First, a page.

Your mother lives a witness to that vow--
    And afterward by substitute betroth'd
    To Bona, sister to the King of France.
    These both put by a poor petitioner,
    A care-crazed mother of a many children,
    A beauty-waning and distressed widow,
    Even in the afternoon of her best days,
    Made prize and purchase of his lustful eye,
    Seduced the pitch and height of all his thoughts
    To base declension and loathed bigamy
    By her, in his unlawful bed, he got
    This Edward, whom our manners term the prince.
    More bitterly could I expostulate,
    Save that, for reverence to some alive,
    I give a sparing limit to my tongue.
    Then, good my lord, take to your royal self
    This proffer'd benefit of dignity;
    If non to bless us and the land withal,
    Yet to draw forth your noble ancestry
    From the corruption of abusing times,
    Unto a lineal true-derived course.

    Lord Mayor of London. Do, good my lord, your citizens entreat you.

8 III / 7
  • God bless your grace! we see it, and will say it.
  • God bless your grace! we see it, and will say it.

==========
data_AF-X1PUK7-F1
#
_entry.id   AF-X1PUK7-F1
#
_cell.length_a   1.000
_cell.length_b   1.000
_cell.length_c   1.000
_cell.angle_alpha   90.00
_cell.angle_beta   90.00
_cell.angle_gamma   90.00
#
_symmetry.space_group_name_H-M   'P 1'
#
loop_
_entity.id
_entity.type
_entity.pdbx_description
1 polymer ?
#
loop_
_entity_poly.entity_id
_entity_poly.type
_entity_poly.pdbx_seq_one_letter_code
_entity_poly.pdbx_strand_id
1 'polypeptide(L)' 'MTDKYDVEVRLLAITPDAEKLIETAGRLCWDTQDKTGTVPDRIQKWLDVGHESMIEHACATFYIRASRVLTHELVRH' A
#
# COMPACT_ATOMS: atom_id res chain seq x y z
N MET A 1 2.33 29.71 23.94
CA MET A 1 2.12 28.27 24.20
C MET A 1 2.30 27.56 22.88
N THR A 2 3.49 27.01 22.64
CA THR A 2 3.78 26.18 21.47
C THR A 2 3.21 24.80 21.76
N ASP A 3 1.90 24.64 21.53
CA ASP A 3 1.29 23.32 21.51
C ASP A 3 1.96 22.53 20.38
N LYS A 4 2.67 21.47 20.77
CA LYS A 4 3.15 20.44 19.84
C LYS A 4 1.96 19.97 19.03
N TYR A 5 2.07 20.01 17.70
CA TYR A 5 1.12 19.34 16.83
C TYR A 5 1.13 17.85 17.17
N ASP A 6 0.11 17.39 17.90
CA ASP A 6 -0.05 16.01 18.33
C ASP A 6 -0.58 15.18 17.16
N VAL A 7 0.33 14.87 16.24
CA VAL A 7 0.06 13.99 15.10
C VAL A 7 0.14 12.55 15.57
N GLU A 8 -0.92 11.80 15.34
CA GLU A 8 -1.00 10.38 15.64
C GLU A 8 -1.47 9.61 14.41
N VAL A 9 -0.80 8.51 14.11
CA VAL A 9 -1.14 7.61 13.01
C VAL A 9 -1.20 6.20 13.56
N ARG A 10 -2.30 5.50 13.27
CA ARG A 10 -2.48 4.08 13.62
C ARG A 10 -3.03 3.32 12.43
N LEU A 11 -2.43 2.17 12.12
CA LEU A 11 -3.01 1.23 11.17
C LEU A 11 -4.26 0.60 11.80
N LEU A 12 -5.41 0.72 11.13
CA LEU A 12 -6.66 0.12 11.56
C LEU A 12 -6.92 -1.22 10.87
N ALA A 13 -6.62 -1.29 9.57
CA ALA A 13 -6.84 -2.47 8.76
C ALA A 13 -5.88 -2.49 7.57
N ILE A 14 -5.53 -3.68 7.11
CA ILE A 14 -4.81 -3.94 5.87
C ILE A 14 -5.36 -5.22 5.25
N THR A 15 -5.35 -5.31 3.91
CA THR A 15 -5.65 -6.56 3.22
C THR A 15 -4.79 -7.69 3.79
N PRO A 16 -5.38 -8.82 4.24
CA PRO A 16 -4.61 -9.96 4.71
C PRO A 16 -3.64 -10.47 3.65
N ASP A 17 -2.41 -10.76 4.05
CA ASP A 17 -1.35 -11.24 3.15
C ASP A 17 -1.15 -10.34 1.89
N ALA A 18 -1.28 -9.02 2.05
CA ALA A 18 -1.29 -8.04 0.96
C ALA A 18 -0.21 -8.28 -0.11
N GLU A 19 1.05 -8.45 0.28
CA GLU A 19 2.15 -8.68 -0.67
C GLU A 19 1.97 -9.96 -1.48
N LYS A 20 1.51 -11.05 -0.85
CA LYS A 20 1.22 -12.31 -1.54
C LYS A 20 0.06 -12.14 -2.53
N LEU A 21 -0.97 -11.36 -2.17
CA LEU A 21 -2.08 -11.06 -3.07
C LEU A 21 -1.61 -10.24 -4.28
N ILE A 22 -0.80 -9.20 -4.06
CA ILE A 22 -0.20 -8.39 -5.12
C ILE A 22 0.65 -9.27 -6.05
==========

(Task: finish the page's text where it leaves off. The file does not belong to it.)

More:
• Duke of Gloucester. Would you enforce me to a world of care?
    Well, call them again. I am not made of stone,
    But penetrable to your. kind entreats,
    Albeit against my conscience and my soul.
    [Re-enter BUCKINGHAM and the rest]
    Cousin of Buckingham, and you sage, grave men,
    Since you will buckle fortune on my back,
    To bear her burthen, whether I will or no,
    I must have patience to endure the load:
    But if black scandal or foul-faced reproach
    Attend the sequel of your imposition,
    Your mere enforcement shall acquittance me
    From all the impure blots and stains thereof;
    For God he knows, and you may partly see,
    How far I am from the desire thereof.

    Lord Mayor of London. God bless your grace! we see it, and will say it.

9 III / 7
  • [with citizens] Amen.
  • [with citizens] Amen.
  • Duke of Buckingham. Then I salute you with this kingly title:
    Long live Richard, England's royal king!

    Lord Mayor of London. [with citizens] Amen.

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© Copyright 2017-2022 Shakespeare Network - Maximianno Cobra - All rights reserved.